Cable &Wireless Communications was the most lucrative and
high-profile pitch to date this year. Saatchi & Saatchi, Bartle Bogle
Hegarty and HHCL & Partners would all have wanted the prize for reasons
above and beyond the huge income boost it will provide.
But to Rapier Stead & Bowden went the spoils. ’Rapier who?’ was the
reaction of many, perhaps because the agency comes in at number 150 in
Campaign’s Top 300 agency list with above-the-line billings of pounds
3.23 million. The responses to such a move vary from ’they’re doing it
on the cheap’, and ’they’ll not want a decent campaign then’, to ’it’s a
stitch-up among old mates’.
Given the extraordinary amounts of money CWC knows it must devote to
taking on BT, we can be confident that ’cheap’ is not the primary
As for a ’decent campaign’, it’s impossible to comment until we see the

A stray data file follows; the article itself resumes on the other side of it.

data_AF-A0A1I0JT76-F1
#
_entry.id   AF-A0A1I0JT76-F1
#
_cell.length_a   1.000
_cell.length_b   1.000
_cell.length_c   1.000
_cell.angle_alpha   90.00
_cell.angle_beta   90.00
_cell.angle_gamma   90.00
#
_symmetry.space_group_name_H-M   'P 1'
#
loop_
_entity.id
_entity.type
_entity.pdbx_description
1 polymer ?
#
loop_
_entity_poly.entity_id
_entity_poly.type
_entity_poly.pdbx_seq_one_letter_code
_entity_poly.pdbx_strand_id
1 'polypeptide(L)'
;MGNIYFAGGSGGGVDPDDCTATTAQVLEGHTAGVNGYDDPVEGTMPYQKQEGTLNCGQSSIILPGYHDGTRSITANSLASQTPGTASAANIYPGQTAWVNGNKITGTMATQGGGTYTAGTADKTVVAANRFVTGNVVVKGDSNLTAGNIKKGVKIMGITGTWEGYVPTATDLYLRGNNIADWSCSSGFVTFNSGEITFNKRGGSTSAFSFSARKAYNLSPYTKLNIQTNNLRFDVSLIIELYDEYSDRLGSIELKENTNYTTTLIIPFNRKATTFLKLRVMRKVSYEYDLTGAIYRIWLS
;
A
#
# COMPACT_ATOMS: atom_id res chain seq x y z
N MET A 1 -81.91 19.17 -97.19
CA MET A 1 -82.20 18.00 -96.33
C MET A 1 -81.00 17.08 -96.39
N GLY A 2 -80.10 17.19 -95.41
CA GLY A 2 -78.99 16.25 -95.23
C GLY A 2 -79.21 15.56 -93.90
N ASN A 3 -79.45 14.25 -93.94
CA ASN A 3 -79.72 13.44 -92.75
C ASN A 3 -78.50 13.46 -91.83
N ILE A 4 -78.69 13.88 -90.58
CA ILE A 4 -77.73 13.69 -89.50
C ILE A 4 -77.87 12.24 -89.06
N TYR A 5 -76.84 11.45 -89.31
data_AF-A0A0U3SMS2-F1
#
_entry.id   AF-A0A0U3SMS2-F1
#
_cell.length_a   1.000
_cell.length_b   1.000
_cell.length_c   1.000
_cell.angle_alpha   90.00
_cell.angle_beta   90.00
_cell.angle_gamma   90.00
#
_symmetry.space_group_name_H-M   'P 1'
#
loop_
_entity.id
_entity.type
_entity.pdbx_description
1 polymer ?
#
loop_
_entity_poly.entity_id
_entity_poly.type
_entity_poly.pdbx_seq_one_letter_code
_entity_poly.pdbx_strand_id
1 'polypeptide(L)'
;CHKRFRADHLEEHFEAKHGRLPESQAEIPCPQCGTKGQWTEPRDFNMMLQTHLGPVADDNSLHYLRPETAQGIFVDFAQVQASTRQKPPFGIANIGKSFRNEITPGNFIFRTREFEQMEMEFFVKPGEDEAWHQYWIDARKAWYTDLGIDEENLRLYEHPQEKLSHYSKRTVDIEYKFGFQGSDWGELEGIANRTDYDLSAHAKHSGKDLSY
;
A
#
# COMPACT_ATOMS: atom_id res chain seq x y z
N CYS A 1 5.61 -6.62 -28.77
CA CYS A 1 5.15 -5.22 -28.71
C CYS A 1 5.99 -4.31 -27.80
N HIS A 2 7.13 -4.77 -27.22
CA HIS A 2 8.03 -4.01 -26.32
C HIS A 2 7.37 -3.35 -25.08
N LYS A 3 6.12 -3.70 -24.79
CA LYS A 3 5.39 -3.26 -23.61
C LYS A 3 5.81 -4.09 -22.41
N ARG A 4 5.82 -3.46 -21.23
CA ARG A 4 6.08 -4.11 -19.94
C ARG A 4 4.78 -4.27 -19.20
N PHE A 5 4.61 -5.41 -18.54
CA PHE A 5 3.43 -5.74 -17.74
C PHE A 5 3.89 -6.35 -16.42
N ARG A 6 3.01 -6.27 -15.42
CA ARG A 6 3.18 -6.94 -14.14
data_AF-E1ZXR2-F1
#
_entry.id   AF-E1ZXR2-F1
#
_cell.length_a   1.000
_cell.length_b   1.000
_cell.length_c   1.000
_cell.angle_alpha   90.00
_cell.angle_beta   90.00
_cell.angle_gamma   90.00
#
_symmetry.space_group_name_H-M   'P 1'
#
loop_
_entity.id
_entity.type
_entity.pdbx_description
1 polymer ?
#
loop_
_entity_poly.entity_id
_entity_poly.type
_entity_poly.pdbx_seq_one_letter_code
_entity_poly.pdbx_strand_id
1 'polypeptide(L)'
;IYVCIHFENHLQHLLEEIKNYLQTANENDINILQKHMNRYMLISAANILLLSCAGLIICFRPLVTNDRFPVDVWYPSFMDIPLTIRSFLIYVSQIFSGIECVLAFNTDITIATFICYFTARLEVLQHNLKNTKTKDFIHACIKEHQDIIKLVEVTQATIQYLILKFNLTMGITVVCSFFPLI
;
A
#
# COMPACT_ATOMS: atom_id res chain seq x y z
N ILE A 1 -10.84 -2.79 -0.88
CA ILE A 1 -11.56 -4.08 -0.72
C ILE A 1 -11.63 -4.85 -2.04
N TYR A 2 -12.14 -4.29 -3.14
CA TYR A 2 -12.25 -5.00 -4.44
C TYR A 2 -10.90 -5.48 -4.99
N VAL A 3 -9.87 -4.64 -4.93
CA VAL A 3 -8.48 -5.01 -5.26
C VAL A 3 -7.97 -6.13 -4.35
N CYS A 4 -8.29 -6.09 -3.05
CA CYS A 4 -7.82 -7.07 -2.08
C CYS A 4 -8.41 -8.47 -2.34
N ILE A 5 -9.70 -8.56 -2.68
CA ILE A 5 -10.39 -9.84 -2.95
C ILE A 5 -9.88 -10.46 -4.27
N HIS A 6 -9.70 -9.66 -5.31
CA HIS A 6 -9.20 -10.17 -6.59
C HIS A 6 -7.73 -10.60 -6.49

work. But, we should not allow the arrogant assumption that only the
bigger shops are capable of good work to persist. Nevertheless, to date,
Rapier’s work for CWC has been mystifying, if noticeably yellow. Agency
and client will know that all eyes will be on the consumer launch
campaign this autumn.
Which brings us to the question of ’stitch-up among old mates’ or
Yes, Rapier and the CWC’s marketing director, Ruth Blakemore, have
worked together before, when she was at Bell Cablemedia. But Blakemore
is not to be underestimated. She got good work out of Rainey Kelly
Campbell Roalfe on Virgin Atlantic, and has risen to the top in the
melee of the CWC merger.
Blakemore and Rapier now have everything to prove. It is hard to see
what CWC stands for, and the two parties have a short time in which to
come up with not only a strategy, but work capable of conveying it. This
would be the case whoever had won the pitch. It’s not just BBH, Saatchis
and Howell Henry who will be watching closely.